Chris Jacomb

What’s the matter media, can’t you say Maori?

Look at these headlines and articles from yesterday:

Fairfax headline

Fairfax headline

NZ Herald headline

NZ Herald headline

Both articles then explain the situation. First up the NZ Herald:

Even small human populations can wipe out big animal species, according to local researchers who suggest moa extinction was rapid.

Researchers from the University of Canterbury and University of Otago contributed to the new findings, which appeared in the journal Nature Communications.

Professor Richard Holdaway from Canterbury and Otago’s Chris Jacomb said early Polynesians who caused moa extinction in little more than a century had amongst the lowest human population densities on record.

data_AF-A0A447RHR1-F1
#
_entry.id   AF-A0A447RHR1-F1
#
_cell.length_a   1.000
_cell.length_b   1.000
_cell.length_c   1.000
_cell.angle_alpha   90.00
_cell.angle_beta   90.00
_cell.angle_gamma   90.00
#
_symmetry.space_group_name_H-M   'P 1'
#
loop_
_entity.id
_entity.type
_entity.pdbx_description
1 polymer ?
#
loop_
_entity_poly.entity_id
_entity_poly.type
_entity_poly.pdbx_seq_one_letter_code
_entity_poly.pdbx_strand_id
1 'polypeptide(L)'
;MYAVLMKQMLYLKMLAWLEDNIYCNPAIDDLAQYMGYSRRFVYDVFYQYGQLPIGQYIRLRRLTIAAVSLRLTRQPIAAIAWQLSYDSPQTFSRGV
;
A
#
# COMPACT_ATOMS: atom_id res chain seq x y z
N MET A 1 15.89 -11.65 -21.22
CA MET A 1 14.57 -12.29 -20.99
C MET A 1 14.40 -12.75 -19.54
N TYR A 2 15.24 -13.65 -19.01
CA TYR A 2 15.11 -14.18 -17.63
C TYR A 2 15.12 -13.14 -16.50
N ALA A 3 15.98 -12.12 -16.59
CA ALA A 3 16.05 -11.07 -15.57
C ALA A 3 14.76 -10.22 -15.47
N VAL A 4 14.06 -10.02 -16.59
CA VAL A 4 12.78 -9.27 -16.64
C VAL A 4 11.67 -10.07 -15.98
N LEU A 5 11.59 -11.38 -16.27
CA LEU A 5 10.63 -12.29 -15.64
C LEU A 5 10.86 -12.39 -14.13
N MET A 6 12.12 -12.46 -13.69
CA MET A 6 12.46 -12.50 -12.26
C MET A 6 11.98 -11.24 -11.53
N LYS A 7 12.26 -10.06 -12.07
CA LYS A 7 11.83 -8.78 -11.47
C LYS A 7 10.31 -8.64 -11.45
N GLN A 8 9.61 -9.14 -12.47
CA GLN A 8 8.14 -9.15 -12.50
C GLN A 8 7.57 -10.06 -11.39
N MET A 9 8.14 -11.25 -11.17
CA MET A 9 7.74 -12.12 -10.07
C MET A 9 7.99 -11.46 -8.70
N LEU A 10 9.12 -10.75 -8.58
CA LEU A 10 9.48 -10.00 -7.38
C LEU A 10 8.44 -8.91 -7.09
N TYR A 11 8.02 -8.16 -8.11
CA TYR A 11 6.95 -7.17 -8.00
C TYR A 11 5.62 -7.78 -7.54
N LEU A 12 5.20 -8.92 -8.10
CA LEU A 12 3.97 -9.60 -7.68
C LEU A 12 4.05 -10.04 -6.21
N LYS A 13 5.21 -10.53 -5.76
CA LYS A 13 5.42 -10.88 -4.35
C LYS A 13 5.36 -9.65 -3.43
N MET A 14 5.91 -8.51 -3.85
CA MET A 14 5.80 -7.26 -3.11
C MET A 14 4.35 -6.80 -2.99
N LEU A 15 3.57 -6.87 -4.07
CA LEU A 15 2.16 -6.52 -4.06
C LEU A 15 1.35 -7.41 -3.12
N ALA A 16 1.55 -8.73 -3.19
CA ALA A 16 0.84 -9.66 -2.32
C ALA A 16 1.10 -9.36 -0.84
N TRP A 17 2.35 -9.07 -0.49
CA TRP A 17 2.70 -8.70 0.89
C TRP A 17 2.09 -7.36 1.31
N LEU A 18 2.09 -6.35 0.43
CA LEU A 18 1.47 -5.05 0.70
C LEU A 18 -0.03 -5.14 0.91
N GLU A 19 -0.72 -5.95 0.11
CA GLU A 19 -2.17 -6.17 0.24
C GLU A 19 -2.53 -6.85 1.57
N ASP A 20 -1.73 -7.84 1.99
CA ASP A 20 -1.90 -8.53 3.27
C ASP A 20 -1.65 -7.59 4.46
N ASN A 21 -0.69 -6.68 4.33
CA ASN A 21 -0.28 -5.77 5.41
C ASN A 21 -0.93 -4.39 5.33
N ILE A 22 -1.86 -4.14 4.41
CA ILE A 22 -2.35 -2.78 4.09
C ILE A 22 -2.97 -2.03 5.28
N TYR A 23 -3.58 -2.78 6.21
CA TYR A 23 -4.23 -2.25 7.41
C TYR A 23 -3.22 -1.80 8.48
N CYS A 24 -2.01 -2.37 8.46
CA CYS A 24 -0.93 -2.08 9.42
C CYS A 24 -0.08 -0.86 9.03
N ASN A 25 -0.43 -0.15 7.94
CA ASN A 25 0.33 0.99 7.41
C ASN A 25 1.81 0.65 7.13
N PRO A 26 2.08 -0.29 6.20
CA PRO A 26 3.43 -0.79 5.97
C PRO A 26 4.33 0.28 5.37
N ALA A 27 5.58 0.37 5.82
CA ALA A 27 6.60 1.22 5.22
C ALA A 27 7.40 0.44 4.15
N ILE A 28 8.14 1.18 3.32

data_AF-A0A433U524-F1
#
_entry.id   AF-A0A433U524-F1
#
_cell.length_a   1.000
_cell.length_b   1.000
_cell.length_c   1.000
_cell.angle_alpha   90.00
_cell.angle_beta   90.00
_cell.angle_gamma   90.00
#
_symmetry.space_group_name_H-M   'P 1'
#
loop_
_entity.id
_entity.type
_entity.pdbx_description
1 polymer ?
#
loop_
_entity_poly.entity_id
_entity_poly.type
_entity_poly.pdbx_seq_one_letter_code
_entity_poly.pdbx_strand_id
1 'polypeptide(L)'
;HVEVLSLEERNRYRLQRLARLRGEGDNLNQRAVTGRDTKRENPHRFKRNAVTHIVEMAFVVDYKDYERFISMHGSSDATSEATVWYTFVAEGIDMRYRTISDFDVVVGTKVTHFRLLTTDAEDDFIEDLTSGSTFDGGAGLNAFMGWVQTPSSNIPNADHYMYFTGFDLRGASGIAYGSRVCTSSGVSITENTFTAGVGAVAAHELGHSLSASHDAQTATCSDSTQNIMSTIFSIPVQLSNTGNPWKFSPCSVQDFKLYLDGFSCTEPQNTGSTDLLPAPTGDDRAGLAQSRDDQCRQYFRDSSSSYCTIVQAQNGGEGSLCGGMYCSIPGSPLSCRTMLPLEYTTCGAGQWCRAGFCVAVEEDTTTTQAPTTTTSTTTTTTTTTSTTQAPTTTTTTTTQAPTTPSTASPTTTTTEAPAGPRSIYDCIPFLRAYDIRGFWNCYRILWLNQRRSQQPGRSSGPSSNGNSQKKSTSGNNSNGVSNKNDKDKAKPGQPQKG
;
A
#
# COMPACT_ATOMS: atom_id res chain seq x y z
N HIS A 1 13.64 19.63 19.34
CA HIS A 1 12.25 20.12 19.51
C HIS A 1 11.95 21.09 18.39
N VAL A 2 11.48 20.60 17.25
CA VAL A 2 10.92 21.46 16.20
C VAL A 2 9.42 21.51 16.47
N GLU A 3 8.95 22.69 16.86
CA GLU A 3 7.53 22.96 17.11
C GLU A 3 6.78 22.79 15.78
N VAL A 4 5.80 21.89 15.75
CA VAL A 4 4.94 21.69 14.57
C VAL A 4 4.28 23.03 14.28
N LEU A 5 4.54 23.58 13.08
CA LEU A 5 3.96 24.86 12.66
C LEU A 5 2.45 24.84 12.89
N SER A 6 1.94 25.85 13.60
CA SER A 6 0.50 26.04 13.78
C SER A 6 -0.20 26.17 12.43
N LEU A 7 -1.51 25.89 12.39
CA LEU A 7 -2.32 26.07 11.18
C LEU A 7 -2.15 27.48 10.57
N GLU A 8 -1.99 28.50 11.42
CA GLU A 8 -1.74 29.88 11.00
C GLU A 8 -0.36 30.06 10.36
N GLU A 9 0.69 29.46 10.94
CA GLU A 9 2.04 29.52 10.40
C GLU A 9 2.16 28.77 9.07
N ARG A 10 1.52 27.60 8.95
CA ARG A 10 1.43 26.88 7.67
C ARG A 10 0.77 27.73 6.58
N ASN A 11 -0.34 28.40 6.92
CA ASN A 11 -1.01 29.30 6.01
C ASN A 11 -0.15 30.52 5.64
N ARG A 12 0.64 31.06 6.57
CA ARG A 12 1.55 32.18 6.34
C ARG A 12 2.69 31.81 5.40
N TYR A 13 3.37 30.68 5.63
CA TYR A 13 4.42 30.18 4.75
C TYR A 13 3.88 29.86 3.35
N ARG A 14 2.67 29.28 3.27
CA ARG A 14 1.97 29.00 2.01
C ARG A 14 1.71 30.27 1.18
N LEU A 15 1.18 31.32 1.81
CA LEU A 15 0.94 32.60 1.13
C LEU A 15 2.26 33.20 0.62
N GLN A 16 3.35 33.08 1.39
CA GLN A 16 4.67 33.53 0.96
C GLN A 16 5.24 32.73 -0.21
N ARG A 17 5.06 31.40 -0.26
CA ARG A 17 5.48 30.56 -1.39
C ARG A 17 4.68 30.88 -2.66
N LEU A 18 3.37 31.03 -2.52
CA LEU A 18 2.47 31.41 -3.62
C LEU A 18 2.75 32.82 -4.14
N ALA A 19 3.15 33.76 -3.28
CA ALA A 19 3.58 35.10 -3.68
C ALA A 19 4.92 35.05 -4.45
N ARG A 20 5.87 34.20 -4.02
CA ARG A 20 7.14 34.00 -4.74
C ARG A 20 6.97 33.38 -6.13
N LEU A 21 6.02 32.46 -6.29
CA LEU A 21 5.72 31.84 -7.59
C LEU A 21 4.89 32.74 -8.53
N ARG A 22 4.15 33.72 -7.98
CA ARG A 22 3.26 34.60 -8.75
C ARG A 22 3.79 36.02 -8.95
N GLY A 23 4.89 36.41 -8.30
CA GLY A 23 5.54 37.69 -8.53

They found that during the peak period of moa hunting, there were fewer than 1500 Polynesian settlers in New Zealand, or about 1 person per 100 square km. New Zealand’s population density today is 17 per square km.

The researchers started with the latest estimate for a founding population of about 400 people, including 170-230 women. They then applied population growth rates in the range achieved by past and present populations and modelled the human population size through the moa hunter period and beyond.

Prof Holdaway and Mr Jacomb said when moa and seals were still available, the better diet likely fuelled higher population growth.

But the moa’s total extinction most probably occurred within a decade either side of 1425. This was barely a century after East Polynesians settled the earliest well-dated site, at Wairau Bar near Blenheim.

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